Forced-Air Furnace – You Have One, but What Does That Mean?
All furnaces share a similar design, although traditional models use convection to provide heat. This means that it takes advantage of hot air’s tendency to rise, but the size of the furnace also increases with the size of the space to heat. Forced-air systems operate with an air handler that contains a blower to push the hot air through ductwork to heat the rest of the house. They come in three types: upflow (for furnaces in the basement), downflow (for attic furnaces), and horizontal (for ranch-style houses and single-level apartments). You will benefit from a more even distribution of heat throughout the home.
Forced-air systems have two sets of ductwork. One set branches off from the furnace, sending warm air to every room of your home. The other set brings cool air from each room back to your furnace. Because of its natural circulatory system, it’s also easy to install central air-conditioning when you have a forced-air furnace in place. The system also uses a thermostat to automatically shut off at a desired temperature, whether cold or hot, thus saving you even more.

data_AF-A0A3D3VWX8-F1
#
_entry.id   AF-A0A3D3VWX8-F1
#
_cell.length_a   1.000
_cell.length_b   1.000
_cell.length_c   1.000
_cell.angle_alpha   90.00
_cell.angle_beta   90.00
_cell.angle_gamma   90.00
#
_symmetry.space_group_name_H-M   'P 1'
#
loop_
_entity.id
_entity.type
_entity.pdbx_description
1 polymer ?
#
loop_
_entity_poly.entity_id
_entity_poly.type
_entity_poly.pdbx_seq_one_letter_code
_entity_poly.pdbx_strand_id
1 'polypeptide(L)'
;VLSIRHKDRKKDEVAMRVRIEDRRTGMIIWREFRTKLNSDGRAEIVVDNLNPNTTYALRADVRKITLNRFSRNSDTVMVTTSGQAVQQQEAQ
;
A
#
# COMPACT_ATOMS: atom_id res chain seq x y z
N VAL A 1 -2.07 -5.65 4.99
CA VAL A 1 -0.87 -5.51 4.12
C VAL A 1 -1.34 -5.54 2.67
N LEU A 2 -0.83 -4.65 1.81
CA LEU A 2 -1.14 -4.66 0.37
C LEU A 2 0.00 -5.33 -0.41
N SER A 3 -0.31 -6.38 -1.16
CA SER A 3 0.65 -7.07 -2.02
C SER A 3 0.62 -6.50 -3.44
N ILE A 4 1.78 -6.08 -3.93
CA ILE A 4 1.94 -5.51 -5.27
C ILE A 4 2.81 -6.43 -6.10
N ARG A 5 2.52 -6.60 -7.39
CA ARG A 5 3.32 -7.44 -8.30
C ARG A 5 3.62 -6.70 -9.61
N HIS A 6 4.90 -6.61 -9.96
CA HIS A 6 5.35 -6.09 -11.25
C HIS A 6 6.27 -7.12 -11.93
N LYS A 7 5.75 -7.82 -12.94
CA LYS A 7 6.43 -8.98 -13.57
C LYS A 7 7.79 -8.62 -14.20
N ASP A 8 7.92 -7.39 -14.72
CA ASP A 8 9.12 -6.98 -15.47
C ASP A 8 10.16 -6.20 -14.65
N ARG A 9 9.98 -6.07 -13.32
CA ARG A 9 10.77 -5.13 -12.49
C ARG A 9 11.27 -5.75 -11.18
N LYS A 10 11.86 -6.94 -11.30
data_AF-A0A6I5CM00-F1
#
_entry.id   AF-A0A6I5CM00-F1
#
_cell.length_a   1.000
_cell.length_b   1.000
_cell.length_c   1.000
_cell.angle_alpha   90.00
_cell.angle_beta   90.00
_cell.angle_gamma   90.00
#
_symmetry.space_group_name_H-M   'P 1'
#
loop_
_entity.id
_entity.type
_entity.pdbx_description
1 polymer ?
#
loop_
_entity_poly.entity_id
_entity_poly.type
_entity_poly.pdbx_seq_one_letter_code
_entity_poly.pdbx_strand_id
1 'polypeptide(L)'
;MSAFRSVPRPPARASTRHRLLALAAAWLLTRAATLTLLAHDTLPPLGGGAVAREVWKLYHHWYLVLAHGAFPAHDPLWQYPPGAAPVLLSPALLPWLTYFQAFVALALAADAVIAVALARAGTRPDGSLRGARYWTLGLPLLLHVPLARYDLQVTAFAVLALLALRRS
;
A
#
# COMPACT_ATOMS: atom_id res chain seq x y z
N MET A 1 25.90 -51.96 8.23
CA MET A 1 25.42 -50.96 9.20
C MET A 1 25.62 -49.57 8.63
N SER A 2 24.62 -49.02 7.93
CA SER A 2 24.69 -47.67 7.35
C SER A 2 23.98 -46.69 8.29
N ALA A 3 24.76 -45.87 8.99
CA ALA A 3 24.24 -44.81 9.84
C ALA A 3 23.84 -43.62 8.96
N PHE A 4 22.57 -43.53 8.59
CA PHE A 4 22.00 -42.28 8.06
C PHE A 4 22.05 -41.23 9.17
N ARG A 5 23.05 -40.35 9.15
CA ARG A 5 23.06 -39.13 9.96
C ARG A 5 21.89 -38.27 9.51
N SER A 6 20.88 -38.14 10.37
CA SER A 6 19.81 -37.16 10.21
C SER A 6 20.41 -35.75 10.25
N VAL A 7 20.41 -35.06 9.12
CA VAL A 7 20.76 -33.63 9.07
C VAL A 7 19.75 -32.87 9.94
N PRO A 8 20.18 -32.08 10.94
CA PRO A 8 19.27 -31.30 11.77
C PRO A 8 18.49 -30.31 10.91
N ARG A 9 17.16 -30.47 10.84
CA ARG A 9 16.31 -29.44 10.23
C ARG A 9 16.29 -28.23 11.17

There are several types of systems, and yours may have one or more of the following features:
- gas, electric, or hybrid power source
- heat pump
- digital thermostats
- fresh air system
- central air conditioning
Depending on the format, your system may be whisper-quiet or less expensive to run than other kinds. Installing a new forced-air system is fairly simple, although it requires running the ducts through walls. Once installed, maintenance and cleaning are both quick. Forced-air systems also allow you to keep better control over air quality in the home.
Owning a forced-air furnace has been proven time and again to be a more efficient and cost-effective than traditional furnaces. They are found in nearly 35 million homes across the U.S. For additional information on the benefits of a forced-air furnace or other issues related to home comfort, please feel free to contact us.